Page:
R Street Institute: Costs and Benefits of Subjecting Juveniles to Sex-Offender Registration and Notification
A new cost-benefit analysis from the R Street Institute released today suggests that the benefits associated with including juveniles on sex offender registries are currently far outweighed by the social costs of doing so.
Authored by associate fellow Richard B. Belzer, the report consists of two different cost-benefit analyses that considers the application of registration and notification laws to juvenile sex offenders: first, a retrospective evaluation that assesses the costs and benefits of these laws as they currently exist; and second, a prospective evaluation that considers several alternative reforms that merit further study.
Important to note is that the report, according to Belzer, doesn’t seek to answer the question of whether registration and notification laws “ought to apply to juvenile sex offenders,” but rather aims to objectively delineate estimates of what those laws cost and what their returns may be.
As it relates to the retrospective analysis, registration of offenders is estimated to generate about $200 million in social benefits—e.g. prevented sex offenses, enhanced law enforcement, etc.—annually, yet yield social costs to offenders, their families, and government as much as $2 billion:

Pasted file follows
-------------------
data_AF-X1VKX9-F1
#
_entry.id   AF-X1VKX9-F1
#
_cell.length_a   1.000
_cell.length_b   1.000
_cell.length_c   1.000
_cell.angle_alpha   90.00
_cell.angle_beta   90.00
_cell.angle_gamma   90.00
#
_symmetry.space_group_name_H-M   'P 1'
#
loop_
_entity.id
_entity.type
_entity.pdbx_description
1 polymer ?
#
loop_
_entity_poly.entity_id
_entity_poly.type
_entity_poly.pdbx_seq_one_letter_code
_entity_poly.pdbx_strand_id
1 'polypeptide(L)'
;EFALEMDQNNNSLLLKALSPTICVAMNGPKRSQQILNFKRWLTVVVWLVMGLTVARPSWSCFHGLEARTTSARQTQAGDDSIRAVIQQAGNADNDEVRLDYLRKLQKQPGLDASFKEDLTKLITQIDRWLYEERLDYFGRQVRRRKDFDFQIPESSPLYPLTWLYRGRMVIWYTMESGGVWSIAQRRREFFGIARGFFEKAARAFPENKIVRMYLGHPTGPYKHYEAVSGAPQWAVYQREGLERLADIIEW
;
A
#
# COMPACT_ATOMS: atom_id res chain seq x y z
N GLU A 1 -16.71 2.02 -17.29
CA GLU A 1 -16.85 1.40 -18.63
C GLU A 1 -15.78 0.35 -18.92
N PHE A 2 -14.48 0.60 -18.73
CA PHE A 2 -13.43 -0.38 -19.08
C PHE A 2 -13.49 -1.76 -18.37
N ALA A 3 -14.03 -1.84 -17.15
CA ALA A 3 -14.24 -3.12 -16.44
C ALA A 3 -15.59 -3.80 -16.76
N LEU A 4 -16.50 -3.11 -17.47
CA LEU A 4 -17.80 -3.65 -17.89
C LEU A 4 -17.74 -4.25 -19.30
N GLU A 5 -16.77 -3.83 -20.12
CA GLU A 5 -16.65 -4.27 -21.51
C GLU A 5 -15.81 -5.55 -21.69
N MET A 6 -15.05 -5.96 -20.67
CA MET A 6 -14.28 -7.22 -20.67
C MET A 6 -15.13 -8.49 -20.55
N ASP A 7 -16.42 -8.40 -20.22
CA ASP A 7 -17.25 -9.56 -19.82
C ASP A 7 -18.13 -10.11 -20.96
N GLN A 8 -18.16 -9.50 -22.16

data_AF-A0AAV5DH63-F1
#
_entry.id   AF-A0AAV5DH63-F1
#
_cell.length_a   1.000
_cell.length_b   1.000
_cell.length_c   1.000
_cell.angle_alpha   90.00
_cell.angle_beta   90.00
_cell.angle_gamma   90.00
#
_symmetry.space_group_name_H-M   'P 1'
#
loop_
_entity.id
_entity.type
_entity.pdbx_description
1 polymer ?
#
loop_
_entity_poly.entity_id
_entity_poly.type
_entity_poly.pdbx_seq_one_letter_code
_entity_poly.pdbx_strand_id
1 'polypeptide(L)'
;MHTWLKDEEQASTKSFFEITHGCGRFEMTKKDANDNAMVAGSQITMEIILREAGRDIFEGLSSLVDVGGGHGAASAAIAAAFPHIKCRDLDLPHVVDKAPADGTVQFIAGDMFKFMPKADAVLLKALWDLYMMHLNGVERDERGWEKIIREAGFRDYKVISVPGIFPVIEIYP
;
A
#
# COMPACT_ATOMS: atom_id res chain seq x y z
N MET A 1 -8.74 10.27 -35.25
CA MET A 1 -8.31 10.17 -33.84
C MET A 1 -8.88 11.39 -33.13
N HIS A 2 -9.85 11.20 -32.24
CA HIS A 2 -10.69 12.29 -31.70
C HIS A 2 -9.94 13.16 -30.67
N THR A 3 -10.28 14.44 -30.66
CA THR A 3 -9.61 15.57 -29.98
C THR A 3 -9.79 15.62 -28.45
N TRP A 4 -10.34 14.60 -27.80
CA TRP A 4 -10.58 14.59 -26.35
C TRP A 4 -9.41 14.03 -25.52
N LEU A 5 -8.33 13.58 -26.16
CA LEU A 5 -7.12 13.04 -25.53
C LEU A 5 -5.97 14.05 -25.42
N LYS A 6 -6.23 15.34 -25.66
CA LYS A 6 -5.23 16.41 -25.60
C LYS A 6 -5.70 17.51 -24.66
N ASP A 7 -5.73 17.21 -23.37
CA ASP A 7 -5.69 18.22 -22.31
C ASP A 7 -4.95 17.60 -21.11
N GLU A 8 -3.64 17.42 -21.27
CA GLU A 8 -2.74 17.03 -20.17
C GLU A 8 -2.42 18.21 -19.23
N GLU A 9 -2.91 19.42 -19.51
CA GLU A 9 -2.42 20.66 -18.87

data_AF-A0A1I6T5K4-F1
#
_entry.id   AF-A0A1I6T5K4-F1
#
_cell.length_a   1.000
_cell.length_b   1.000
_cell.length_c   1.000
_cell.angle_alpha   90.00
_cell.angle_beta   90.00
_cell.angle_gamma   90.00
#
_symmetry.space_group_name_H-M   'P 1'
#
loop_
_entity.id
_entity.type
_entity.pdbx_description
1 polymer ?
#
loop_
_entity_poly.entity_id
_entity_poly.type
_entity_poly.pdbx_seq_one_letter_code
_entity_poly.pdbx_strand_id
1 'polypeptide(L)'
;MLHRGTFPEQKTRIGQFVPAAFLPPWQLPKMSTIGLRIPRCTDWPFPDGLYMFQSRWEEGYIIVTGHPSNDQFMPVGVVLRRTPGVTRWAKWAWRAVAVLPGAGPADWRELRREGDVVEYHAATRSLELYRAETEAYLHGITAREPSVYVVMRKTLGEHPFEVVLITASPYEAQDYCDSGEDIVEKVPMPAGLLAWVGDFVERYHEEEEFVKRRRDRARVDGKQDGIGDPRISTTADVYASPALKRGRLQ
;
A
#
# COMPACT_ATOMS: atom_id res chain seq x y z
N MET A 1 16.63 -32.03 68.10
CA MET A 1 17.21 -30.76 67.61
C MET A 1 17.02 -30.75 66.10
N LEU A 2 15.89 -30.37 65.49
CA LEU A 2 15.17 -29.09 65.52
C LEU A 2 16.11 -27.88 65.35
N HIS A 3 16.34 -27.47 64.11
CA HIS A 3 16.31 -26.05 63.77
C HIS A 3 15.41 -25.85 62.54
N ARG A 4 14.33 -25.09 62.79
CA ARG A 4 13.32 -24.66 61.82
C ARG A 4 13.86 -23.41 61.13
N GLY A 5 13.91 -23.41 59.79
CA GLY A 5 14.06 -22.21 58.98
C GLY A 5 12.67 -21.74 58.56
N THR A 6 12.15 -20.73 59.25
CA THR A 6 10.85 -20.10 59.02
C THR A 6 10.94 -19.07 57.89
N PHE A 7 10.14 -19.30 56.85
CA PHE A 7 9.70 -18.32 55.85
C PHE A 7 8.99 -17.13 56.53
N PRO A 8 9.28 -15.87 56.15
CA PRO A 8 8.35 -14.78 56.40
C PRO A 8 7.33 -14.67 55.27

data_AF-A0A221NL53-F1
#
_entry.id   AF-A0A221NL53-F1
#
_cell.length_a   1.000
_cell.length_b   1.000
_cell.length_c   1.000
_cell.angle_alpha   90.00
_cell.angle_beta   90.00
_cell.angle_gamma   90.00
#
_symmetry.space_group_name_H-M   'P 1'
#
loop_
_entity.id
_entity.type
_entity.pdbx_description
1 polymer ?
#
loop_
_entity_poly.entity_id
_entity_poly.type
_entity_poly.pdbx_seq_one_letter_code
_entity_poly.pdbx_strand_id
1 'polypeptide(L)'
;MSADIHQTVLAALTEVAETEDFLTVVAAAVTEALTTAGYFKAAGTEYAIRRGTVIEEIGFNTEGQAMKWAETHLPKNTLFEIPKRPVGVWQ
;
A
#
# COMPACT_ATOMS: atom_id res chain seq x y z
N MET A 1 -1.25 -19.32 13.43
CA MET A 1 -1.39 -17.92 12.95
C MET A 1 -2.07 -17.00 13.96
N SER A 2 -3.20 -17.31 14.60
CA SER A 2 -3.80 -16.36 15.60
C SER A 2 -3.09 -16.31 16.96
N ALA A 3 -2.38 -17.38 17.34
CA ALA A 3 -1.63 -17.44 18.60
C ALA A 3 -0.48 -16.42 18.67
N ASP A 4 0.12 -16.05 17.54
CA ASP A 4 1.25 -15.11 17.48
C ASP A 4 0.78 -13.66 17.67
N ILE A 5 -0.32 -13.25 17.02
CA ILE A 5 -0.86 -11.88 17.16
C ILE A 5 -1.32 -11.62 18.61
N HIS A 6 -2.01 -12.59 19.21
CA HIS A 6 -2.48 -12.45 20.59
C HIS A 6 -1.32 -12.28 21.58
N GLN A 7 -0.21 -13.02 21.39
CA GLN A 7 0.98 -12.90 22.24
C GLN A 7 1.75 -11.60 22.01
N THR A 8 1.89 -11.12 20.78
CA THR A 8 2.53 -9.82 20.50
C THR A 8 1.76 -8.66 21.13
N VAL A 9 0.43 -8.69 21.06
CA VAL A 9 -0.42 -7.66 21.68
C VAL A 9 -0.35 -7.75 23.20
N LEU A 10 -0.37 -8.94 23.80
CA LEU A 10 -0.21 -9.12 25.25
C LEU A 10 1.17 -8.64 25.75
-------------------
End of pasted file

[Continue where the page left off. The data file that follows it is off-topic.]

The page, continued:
“Registration is calculated to produce about $200 million in social benefits per year. Social costs are calculated to range from $200 million to $2 billion, depending on the proportion of registrants listed due to offenses committed as juveniles. Thus, net benefits are calculated to range from -$40 million to -$1 billion per year, with present-value net benefits that range from -$2 billion to -$20 billion.”
Maintaining current notification—i.e., the population that may become aware of a juvenile offender’s registration status—produces a similar result, though to a greater extent in terms of cost:
“Notification is estimated to produce no social benefits, with social costs per-year that range from $10 billion to $40 billion and present-value costs that range from -$100 billion to -$600 billion.”
As noted previously, in light of the lack of social benefits that are estimated to proceed from notification laws—and their high concomitant social costs—Belzer suggests several alternative reforms that, if implemented, would seek to bend those social costs down, including:
- Terminating registration of offenders registered due to offenses committed as juveniles. Belzer notes that it is plausible that lower-risk juvenile offenders are processed more leniently today than in years past. Should available longitudinal data bear this out, he suggests that “a case could be made for terminating the registration of offenders who years ago were placed on the registry for offenses that today would lead to reclassification or other outcomes that don’t lead to registration.”
- Stay of notification pending future conduct. This conduct, as Belzer states, could be positive—such as successful completion of a treatment program, etc.—or could be negative, such as failing treatment, which in case the stay could be converted to an inclusion of notification. A stay, Belzer argues, would “create incentives for offenders to behave in socially desirable ways, which the existing scheme fails to do.”
The entirety of Belzer’s report for the R Street Institute can be found here.